• The query definition in the form of a Power Query script that specifies how to connect to the query’s data sources and transform the data. This is the script that got created when we filtered and shaped data in the query.

 Finding and using this query via Online Search

All this information in the Power BI Data Catalog helps users in finding and using the shared queries. In order to find a query, we can go to Online Search and type a search term. A set of Public and Organizational results will be returned. Note that you can control the scope of your search to narrow down the results.

 

 When you find and use a shared query in Power Query, the query definition is downloaded to the current workbook and executed in Excel to import the data referenced by the query into the workbook. Note that the user will be asked for Credentials when the query tries to connect to a data source (if they had not connected to that source using Power Query before).

Managing our shared queries

We might want to update our shared queries because some of the metadata added when we shared the query might no longer be current and relevant, or additional metadata might be available. We might also want to edit permissions to a shared query to grant access to additional users within our organization or to remove access to users that no longer require it.

 

We can update our shared queries to filter and shape the underlying data referenced by our shared query or just update the query metadata (settings) such as name, description, and query sharing details.

All of this can be easily done via the “Shared Queries” task pane in Power Query, which can be accessed directly from the Power Query ribbon tab. For more information, take a look at View and Update your Shared Queries.

Summary

Power Query provides a set of capabilities around data acquisition and transformation in Excel. In combination with Power BI for Office 365, Power Query helps users share queries within their organization and easily find queries shared by others using Online Search.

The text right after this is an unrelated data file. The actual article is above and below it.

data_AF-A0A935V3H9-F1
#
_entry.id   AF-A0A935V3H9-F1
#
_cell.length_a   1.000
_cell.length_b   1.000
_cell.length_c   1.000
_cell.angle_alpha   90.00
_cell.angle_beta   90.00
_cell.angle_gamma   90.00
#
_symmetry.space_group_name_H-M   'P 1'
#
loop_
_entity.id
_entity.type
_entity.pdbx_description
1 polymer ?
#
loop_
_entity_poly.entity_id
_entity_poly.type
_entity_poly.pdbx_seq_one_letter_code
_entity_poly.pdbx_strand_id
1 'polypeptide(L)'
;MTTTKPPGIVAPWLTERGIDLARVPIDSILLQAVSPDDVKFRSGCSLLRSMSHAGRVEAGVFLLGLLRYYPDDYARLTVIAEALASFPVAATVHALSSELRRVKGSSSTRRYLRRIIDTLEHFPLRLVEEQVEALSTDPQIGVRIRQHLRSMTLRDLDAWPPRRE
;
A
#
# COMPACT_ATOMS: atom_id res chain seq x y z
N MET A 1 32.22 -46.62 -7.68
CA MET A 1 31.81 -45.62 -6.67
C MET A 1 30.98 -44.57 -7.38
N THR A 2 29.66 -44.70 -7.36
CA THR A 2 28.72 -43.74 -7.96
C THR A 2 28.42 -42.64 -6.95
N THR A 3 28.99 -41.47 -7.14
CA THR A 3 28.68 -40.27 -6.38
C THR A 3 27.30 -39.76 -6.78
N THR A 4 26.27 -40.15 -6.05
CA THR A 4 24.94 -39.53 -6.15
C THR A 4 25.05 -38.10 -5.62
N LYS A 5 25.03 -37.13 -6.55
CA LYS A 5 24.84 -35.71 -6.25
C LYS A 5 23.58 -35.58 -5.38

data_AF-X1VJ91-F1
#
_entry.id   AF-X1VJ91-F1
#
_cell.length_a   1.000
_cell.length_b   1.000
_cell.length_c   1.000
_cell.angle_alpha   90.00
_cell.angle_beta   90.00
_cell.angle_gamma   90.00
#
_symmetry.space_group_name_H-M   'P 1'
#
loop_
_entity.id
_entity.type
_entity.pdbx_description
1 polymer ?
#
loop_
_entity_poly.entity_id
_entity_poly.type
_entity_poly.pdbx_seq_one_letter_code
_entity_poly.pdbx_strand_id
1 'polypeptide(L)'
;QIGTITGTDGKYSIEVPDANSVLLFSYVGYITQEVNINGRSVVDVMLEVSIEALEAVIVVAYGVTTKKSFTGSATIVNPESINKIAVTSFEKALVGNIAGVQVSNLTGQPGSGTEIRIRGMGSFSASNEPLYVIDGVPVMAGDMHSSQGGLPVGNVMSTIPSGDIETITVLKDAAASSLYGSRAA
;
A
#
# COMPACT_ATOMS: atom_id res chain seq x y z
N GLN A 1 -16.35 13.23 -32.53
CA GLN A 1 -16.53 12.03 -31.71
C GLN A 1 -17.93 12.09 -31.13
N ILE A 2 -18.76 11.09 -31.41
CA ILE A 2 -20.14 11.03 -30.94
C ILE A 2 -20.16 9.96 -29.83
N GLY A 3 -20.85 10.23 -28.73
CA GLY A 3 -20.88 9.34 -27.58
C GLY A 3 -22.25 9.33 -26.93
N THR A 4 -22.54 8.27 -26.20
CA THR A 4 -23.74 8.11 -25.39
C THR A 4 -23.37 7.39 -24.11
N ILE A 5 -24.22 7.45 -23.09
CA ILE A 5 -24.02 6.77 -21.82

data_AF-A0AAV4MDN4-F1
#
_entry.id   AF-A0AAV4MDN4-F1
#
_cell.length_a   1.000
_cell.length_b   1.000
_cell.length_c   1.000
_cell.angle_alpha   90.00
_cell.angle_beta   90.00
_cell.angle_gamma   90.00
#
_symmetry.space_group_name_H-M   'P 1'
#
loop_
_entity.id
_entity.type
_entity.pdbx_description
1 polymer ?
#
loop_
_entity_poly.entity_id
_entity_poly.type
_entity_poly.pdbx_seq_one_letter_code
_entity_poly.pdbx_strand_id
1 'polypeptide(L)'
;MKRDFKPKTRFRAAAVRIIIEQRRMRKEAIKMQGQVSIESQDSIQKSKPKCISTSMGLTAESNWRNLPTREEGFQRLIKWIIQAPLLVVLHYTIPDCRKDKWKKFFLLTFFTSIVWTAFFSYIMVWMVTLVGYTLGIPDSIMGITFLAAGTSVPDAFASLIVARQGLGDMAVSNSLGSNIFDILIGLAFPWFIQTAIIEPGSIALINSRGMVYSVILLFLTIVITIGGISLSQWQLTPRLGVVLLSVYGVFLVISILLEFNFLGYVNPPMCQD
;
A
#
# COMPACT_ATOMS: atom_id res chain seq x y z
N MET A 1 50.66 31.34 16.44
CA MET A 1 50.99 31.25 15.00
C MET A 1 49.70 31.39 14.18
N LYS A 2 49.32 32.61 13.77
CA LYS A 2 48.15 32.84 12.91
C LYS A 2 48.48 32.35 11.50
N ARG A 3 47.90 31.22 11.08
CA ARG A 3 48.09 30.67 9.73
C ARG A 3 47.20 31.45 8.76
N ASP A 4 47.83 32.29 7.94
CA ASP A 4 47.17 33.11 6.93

There is also a wide range of management capabilities for shared queries, such as the ability to modify the metadata or the query definition for your shared queries, which can be performed in Power Query.

In addition to Power Query’s built-in capabilities for Shared Queries management inside Excel, the Manage Data Portal in Power BI gives users the ability to manage data sources and queries that they have shared in Power BI, as well as understanding usage metrics for their shared queries.

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  • 1. Deployment Guide for Windows Server 2008 R2 with SP1 and Windows 7 with SP1.doc

  • I'm trying to use PowerQuery to read in a 812 MB, 2.2 M rows .csv file, but it fails to load giving me a "Unexepected error: Task was tried too many times" error.  Too big to load into a worksheet, so I told it to Load to Data Model on a 16 GB PC.

    Funny thing is that I also tried loading just a single column that has 100% the same value and still get the same error.  And, I am able to load the exact same file directly into PowerPivot using its "From File" import method... but I'd really like/need to use some of the ETL features of PowerQuery!

    When do you think PowerQuery will be fixed?  I have the latest released version for my 64-bit Excel 2013. (Version: 2.10.3598.81)

    Please advise.

    cgilbert@jerviswebb.com